“There are a lot of processes that people don’t realise are controlled on systems from us, which include mission-critical applications like power, water, natural gas and underground roadways. More recently, we’re proud of the fact that we’ve been supporting emerging renewable energy projects and Australia’s LNG boom, where we’ve been involved in the region’s largest resources projects on the east and west coasts and the Northern Territory.”
Sustainability, diversity & gender equality
It’s the community’s heavy reliance on Yokogawa’s infrastructure prowess that’s seen it evolve. In the past 5 years, it’s witnessed a shift: there’s a solid mandate for sustainability, diversity and gender equality. The need to expand the company’s paradigm has forced Russell to ask himself some soul-searching questions.
“Things like, ‘How can we increase our involvement under these subheadings? What would that cultural change look like at our organisation?’ These are all questions that are not easily implemented; they’re quite difficult to execute properly,” he explains, adding that it’s been a combination of diversity programs and long-term strategies that has worked to set Yokogawa apart.
“Last year we celebrated the promotion of our first female to the executive board of Yokogawa Australia and New Zealand. I believe this was a firm example for other women looking for leadership roles within the automation and engineering industry,” Russell says. “We are hoping, given the plans we have already put in place, to be the employer that people who want a culturally rich, and gender-diverse workplace turn to.”
Like the diverse workplace Russell fosters, he himself has undergone a far-from-stereotypical personal development journey. Not only does he have an MBA from Macquarie University in Sydney, but he’s also a course graduate from the National Institute of Dramatic Art [!nida!] – a combination that many executives may look at as strange, but for Russell there were parallels to be drawn between his management role and physical and verbal expression.
When you stop learning, you start going backwards.
“Living in Sydney provided me with a unique opportunity to attend a world leader in performance education – NIDA. I’m far from a thespian, but I did recognise a need to be an effective communicator and presenter. I think receiving critical feedback is very important. When you stop learning, you start going backwards.”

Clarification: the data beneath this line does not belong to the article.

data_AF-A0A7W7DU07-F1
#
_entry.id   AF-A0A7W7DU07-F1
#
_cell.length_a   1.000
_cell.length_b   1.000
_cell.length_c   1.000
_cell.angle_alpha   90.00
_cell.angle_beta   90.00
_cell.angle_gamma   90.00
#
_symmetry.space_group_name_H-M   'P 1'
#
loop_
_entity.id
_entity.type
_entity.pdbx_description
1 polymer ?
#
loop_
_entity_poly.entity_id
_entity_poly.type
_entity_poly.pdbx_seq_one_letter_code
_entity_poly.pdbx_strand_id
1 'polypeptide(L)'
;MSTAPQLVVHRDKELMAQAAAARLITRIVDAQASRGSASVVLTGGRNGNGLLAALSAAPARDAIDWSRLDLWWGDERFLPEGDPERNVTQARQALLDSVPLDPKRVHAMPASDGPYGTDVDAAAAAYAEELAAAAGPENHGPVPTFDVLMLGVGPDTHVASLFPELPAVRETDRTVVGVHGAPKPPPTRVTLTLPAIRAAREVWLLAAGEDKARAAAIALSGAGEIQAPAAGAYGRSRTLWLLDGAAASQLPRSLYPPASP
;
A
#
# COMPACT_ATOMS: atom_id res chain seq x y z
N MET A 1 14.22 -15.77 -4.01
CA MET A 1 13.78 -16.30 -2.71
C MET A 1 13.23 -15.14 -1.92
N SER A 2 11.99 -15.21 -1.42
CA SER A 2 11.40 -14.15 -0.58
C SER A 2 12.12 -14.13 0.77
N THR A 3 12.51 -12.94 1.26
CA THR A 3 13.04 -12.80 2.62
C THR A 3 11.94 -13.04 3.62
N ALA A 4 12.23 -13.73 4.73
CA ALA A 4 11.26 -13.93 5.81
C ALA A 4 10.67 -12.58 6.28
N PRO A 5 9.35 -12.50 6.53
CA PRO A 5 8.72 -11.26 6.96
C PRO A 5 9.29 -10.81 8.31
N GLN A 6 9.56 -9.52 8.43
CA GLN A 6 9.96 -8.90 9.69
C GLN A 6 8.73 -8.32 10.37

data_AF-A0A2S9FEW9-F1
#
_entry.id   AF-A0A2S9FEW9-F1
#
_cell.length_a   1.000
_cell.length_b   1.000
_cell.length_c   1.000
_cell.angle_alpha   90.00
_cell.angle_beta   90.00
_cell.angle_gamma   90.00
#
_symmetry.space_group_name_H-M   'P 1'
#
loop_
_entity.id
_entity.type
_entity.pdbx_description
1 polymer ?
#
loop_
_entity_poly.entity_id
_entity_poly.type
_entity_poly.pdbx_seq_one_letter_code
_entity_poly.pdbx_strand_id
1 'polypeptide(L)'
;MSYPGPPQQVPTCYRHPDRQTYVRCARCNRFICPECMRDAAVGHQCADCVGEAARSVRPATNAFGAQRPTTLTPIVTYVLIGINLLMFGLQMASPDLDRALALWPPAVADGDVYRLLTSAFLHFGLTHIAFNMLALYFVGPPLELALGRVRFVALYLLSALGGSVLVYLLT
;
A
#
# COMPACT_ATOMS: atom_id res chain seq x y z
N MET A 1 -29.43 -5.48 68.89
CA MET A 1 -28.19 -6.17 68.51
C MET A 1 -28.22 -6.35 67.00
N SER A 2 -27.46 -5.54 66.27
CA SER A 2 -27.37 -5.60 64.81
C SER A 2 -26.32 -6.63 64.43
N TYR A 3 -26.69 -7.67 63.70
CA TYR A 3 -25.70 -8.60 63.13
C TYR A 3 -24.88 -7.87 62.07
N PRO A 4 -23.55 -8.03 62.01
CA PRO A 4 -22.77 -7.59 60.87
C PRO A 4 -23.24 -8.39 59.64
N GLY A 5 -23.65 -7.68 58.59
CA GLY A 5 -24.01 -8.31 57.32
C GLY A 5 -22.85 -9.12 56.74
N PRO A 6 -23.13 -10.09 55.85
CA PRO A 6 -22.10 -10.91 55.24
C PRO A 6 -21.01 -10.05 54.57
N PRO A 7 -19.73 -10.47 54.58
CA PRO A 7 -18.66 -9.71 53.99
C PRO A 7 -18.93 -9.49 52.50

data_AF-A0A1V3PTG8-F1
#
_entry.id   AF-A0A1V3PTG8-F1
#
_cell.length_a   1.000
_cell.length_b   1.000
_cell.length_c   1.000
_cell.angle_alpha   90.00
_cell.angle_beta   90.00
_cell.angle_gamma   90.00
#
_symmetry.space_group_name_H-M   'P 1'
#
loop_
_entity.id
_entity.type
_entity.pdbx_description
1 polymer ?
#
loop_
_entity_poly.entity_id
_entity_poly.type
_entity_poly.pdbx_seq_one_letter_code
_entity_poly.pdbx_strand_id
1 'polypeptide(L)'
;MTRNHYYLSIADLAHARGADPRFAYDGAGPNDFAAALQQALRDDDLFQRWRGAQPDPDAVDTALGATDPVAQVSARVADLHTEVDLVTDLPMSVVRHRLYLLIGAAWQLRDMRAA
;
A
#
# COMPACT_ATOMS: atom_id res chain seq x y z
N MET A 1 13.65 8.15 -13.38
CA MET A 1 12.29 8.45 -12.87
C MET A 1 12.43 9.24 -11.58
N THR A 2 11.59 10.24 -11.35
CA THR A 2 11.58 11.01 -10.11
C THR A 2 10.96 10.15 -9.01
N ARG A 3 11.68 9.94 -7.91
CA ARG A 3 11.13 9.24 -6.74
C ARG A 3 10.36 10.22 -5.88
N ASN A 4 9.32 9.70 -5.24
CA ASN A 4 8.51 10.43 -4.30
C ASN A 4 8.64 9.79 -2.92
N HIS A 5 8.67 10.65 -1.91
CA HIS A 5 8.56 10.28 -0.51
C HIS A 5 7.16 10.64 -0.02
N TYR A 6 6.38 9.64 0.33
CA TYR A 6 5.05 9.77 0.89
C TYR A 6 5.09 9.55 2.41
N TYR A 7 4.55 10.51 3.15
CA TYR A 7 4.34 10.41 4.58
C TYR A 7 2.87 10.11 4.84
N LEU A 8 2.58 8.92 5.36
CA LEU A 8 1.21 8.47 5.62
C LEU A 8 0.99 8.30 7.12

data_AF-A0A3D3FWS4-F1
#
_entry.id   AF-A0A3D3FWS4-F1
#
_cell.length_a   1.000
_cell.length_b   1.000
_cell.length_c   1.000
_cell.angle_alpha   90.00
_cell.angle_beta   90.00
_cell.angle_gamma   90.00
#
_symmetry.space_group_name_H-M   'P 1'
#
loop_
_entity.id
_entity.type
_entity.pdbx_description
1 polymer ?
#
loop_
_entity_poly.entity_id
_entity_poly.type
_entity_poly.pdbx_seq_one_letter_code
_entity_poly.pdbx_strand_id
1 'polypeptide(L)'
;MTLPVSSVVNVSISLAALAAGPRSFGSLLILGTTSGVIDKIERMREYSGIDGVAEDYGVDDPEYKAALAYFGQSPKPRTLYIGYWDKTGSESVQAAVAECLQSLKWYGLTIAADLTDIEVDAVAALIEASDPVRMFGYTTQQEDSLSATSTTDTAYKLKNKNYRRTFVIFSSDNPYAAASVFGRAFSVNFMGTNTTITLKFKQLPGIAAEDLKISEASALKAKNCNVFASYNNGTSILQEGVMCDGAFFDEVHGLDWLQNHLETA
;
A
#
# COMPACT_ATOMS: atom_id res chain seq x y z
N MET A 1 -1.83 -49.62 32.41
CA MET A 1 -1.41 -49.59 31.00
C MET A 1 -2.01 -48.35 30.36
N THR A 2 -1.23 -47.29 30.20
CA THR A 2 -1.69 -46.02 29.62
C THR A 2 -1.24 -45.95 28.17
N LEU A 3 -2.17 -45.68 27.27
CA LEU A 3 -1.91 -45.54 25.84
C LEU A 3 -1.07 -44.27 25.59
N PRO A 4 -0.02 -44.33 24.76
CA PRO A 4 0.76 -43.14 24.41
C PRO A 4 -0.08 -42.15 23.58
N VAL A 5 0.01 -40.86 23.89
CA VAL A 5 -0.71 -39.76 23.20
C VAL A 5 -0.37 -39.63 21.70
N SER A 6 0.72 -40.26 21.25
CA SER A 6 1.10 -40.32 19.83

A culture of thinking outside the box
Russell’s personal need for progression is fuelling a company culture of thinking outside the box. “People join Yokogawa because it’s not only a challenging place to work, but it’s also interesting. We have great managers and opportunities,” he says.
Russell is using this out-of-the-box approach to attract a notoriously difficult demographic to Yokogawa – the millennial generation, a group who are often given a bad rap. However, the managing director thinks that with the right communication strategies, potential employees who are still at university could provide Yokogawa with a viable and successful way forward.
That’s why Yokogawa, through Russell, has invested heavily in tertiary education, providing equipment and academic staff who have spent time in the field to a smattering of higher-learning facilities. The strategy ties in with its long-view approach, but Russell thinks the relationship is more intimate than just an investment for the future.
“It’s a mutually beneficial thing. We’re using a lot of university programs now, particularly ones that relate to cultural diversity. In return, we provide actual equipment for them to use. This gives students the opportunity to learn on machines as opposed to just text books.” Russell is changing the game with his long-term strategies that encompass the best of Eastern and Western business philosophies. He’s taking Yokogawa out of the shadows and into the light, meeting the demanding market head-on.